The PPB review process that followed the 2017 shooting “did not sufficiently address these critical issues,” the OIR Group concludes. “It is imperative, consistent with the Bureau’s de-escalation policy, to conduct a more exacting review.”
The OIR report isn’t limited to Hayes’ death—it includes analysis on nine incidents over the past five years in which a Portland police officer shot a member of the public, and it offers no fewer than 40 recommendations for PPB to consider based on how the bureau handled and responded to each shooting. But the 132-page report pays particular attention to Hayes’ case, due to the considerable, long-lasting impact that the police shooting of a Black teen left on the Portland community.
The report acknowledges Portland’s history of racial inequality and displacement among its African American population.
“That long history of injustice understandably frames the public analysis of cases like the Hayes shooting,” the report reads. “This deep-seated distrust undermines confidence in… findings that excuse officers while providing neither consolation nor satisfaction to frustrated observers.”
The consultants leave PPB with a piece of advice: Don’t brush off valid criticisms of police shootings that leave African American Portlanders dead.
“Perhaps the best response police agencies can provide is to endeavor to build a reservoir of goodwill through honest dialogue, receptivity to feedback, [and] transparency,” the report reads.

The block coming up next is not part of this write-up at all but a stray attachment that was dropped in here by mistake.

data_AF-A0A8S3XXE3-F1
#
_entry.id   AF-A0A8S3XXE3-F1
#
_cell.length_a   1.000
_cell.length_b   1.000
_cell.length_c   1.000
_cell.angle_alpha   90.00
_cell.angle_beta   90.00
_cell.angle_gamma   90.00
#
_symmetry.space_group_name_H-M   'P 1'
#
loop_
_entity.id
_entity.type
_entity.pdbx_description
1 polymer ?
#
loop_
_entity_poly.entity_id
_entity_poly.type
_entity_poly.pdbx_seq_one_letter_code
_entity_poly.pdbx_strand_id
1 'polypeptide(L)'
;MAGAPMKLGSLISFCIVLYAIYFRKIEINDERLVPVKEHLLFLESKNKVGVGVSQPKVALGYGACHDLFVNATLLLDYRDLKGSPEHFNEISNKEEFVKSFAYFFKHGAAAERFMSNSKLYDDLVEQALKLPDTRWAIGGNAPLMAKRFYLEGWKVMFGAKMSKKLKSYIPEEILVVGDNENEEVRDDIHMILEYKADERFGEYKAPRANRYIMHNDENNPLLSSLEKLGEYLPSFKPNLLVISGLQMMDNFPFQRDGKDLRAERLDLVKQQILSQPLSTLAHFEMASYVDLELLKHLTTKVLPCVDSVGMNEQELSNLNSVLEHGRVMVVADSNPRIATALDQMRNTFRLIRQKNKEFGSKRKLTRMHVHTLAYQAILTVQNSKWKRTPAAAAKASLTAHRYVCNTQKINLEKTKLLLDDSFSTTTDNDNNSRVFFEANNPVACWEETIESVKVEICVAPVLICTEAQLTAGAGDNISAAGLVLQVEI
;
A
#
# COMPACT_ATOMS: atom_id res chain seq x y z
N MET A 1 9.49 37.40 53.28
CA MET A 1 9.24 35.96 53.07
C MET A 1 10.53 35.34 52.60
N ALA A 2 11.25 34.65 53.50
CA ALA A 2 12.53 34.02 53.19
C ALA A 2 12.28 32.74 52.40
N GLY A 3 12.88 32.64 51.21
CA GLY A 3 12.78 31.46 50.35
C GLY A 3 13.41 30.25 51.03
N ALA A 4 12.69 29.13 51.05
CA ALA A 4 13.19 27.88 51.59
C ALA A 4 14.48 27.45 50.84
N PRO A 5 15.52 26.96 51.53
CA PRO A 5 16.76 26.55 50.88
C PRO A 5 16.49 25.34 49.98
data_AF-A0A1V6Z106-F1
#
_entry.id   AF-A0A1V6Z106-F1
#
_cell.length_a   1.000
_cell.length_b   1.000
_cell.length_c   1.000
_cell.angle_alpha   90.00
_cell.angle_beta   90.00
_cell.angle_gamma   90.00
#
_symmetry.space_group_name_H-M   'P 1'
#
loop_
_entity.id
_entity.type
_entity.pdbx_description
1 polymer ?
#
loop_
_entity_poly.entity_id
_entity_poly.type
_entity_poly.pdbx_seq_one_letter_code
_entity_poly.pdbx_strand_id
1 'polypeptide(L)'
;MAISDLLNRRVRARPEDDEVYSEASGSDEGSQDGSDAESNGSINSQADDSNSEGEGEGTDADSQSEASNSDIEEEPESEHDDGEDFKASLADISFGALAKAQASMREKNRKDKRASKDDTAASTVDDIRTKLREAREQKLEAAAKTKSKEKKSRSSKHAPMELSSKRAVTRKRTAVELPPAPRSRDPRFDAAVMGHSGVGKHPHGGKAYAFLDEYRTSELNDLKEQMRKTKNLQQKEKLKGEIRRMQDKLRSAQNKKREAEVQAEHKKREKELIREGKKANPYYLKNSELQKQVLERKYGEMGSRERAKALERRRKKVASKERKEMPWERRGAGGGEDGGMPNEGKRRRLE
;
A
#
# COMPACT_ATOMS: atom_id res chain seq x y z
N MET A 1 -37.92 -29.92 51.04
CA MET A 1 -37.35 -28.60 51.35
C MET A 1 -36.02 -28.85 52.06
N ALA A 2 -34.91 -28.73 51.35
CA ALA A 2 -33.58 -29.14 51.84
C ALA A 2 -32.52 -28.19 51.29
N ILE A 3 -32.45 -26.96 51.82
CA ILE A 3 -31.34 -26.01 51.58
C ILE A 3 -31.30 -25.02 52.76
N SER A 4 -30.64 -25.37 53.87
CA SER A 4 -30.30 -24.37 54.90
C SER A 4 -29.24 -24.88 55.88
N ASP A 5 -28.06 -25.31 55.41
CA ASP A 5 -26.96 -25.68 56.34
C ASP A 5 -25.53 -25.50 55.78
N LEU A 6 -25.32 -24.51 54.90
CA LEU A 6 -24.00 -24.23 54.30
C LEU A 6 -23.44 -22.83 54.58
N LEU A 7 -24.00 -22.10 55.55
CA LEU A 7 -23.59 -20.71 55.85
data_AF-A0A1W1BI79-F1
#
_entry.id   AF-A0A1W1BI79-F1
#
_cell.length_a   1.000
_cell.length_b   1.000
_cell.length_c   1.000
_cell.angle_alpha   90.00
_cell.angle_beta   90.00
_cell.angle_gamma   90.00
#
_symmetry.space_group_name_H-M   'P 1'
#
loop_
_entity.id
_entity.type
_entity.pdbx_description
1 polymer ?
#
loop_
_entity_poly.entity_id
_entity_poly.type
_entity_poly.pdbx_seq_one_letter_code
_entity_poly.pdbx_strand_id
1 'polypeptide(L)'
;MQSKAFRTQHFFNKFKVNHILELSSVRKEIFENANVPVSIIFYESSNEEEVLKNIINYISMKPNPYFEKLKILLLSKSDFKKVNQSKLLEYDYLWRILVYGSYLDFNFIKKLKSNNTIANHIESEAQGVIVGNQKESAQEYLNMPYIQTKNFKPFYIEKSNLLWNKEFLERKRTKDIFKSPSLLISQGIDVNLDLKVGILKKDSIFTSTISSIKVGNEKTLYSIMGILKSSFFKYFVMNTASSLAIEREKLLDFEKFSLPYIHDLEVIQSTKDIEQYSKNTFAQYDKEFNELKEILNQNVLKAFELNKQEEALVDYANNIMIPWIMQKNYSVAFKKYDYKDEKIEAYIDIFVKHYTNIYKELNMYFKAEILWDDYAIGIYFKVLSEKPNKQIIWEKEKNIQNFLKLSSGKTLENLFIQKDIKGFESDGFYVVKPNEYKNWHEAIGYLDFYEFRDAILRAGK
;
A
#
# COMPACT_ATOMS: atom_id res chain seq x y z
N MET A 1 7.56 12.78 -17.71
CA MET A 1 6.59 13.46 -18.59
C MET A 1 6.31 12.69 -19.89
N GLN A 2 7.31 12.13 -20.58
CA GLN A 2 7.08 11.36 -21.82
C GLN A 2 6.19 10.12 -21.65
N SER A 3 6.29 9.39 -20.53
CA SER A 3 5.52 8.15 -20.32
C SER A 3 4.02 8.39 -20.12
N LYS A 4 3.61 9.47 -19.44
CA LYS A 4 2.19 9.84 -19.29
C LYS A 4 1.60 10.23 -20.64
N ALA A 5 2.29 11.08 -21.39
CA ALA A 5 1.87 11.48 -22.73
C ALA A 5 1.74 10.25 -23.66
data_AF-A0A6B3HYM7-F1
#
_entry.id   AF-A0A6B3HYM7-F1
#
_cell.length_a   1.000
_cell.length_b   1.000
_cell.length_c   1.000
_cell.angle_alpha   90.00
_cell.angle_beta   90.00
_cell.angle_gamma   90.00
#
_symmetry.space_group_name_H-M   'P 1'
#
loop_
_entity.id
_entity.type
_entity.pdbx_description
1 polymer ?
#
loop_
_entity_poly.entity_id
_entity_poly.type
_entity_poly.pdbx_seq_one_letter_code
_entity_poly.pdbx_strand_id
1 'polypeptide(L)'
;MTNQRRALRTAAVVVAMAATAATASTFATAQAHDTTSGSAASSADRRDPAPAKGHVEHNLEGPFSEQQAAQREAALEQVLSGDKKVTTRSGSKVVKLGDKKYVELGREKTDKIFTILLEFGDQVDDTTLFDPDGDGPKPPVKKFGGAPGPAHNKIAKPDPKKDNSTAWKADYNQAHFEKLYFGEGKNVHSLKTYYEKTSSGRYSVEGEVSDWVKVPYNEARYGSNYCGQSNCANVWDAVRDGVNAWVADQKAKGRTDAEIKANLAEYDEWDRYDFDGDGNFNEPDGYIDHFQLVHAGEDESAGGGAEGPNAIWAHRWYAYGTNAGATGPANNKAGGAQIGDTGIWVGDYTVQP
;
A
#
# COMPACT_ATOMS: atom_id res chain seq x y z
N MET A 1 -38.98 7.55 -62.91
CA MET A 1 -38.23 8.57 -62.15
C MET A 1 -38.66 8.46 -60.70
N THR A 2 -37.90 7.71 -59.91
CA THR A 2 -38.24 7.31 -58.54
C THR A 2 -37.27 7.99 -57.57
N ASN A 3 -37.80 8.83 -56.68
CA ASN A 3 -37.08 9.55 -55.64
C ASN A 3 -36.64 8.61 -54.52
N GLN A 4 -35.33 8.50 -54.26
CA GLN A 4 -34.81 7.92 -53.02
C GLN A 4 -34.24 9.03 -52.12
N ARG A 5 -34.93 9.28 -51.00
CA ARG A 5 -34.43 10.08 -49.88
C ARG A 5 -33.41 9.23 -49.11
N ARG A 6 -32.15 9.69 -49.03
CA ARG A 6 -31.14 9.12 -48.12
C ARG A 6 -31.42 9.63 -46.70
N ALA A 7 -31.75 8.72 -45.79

"This deep-seated distrust undermines confidence in… findings that excuse officers while providing neither consolation nor satisfaction to frustrated observers."
The OIR’s recommendation couldn’t come at a more critical time.
Next week, Portland City Council will reconsider the 2017 firing of PPB officer who made a deeply racist remark after hearing public outcry related to Hayes’ death.
According to his termination letter, which was first made public Wednesday, Sergeant Gregg Lewis was fired after making a “joke” during a Central Precinct roll call that ended with the remark, “If you come across a Black person, just shoot them.”
Several of the 16 other officers present at roll call laughed nervously, the letter states. No one attempted to correct him. Lewis made this statement three days after Hayes’ was fatally shot by PPB Officer Andrew Hearst.
Now, with the the PPB’s union, the Portland Police Association (PPA), using the state’s arbitration system to legally challenge Lewis’ termination, the city is considering a settlement agreement that would erase Lewis’ termination, allowing him to retire with $100,000 worth of backpay. While Mayor Ted Wheeler acknowledges it’s an imperfect solution, he says the cost of losing an arbitration hearing against PPA—which could result in Lewis returning to PPB—is too high.
"If it was up to me, I’d say let's go to arbitration, let’s fight the good fight. Because even if we lose it, we send a very strong message that this is not acceptable.”
“If this goes to arbitration, we’re still going to pay the same amount… or maybe even more,” Wheeler said during a Wednesday city council hearing. “But what we lose in the arbitration process is that we make certain once and for all that this person will never work at PPB again.”
Commissioner Jo An Hardesty, however, isn’t satisfied.
At the Wednesday meeting, Hardesty said the two options presented by the city attorney “show that we are working within a broken system.”
“If it was up to me, I’d say let's go to arbitration, let’s fight the good fight,” said Hardesty, “because even if we lose it, we send a very strong message that this is not acceptable.”
It’s a message echoed in the pages of the OIR report.
In analyzing the response to Hayes’ death, consultants note that rebuilding trust between Portland’s Black community and the police will require “demonstrable willingness to evolve and improve.”
“Such efforts cannot preclude the possibility of future controversial incidents,” it continues. “They can, however, enhance confidence in the legitimacy and appropriateness of the Bureau’s responses—both systemically and in terms of individual accountability.”